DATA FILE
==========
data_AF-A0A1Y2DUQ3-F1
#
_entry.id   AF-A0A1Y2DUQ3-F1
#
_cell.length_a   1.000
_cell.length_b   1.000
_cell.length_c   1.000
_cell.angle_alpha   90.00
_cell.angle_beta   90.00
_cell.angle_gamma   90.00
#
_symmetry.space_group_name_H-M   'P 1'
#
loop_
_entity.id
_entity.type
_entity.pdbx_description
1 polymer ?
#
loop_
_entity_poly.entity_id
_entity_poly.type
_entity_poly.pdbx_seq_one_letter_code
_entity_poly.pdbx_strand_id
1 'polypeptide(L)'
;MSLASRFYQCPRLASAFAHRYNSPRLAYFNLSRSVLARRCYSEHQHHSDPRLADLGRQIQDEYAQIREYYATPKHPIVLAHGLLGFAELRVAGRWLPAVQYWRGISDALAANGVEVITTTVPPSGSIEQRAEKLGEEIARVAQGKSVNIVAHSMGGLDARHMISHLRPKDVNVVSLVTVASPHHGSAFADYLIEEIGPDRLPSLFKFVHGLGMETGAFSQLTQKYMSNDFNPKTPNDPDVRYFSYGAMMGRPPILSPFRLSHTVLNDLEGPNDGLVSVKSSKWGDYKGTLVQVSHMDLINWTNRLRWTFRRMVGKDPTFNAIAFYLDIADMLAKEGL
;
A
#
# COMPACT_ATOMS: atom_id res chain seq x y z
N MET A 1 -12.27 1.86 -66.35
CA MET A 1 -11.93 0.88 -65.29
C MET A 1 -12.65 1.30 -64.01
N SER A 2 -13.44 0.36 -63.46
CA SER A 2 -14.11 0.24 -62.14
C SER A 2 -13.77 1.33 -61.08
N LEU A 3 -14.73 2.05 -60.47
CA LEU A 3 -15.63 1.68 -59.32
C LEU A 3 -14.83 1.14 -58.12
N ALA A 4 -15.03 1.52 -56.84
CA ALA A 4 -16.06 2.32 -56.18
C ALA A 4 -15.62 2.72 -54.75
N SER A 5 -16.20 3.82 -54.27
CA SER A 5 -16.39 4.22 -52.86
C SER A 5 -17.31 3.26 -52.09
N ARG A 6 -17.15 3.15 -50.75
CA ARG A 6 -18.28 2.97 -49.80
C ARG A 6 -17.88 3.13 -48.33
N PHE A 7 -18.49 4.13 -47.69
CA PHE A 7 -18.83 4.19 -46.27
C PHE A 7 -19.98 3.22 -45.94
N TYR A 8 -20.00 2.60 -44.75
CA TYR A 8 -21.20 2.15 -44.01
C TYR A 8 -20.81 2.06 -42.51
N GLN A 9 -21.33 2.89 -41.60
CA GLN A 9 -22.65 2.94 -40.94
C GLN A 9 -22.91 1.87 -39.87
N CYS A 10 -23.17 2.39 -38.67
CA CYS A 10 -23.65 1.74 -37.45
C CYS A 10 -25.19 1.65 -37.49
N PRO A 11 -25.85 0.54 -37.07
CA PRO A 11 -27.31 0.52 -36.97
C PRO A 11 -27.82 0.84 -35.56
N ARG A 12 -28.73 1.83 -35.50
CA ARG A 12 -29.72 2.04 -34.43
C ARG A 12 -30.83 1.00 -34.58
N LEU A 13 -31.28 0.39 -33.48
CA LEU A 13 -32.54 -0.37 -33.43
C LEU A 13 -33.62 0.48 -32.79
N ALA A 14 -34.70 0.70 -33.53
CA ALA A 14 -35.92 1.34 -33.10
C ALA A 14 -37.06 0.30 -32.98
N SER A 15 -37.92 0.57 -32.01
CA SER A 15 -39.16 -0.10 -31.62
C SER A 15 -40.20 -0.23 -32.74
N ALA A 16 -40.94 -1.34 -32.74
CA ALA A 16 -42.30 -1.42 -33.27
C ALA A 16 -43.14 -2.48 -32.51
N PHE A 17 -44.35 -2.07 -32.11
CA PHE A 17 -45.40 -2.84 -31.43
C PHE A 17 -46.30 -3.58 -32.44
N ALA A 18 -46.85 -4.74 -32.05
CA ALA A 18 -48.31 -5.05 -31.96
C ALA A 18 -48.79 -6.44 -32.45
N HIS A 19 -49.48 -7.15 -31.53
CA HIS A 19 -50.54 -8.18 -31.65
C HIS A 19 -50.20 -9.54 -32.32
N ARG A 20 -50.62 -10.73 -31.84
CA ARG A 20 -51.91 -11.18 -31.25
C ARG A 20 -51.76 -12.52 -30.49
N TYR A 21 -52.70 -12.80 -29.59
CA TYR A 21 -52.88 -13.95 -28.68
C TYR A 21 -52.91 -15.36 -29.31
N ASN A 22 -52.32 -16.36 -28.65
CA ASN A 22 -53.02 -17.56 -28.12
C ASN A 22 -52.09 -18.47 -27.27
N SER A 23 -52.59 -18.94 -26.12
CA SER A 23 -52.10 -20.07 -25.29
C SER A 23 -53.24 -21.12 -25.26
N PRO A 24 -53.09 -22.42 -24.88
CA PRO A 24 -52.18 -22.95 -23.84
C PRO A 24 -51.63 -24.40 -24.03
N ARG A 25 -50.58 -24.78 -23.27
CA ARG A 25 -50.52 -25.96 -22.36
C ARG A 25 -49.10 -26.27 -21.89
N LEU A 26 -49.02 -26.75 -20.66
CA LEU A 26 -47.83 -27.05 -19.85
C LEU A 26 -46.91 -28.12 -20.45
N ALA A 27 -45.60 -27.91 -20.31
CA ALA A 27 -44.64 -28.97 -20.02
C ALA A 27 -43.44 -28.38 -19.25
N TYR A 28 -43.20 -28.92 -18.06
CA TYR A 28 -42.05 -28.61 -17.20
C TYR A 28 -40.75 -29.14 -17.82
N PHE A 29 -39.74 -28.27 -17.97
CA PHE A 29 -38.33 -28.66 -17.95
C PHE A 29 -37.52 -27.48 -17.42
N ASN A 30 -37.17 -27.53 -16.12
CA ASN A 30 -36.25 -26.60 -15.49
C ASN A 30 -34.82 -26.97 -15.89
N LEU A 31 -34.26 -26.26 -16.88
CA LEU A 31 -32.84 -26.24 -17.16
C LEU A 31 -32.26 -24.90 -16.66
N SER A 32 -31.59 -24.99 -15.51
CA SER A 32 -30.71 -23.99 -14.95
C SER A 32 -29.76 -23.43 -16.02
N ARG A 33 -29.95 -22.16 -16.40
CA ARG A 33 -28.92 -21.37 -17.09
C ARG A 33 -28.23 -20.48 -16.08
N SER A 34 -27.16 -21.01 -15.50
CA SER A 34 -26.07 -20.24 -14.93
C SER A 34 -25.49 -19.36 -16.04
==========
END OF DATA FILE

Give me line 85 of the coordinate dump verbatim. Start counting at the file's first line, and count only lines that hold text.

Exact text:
N HIS A 19 -49.48 -7.15 -31.53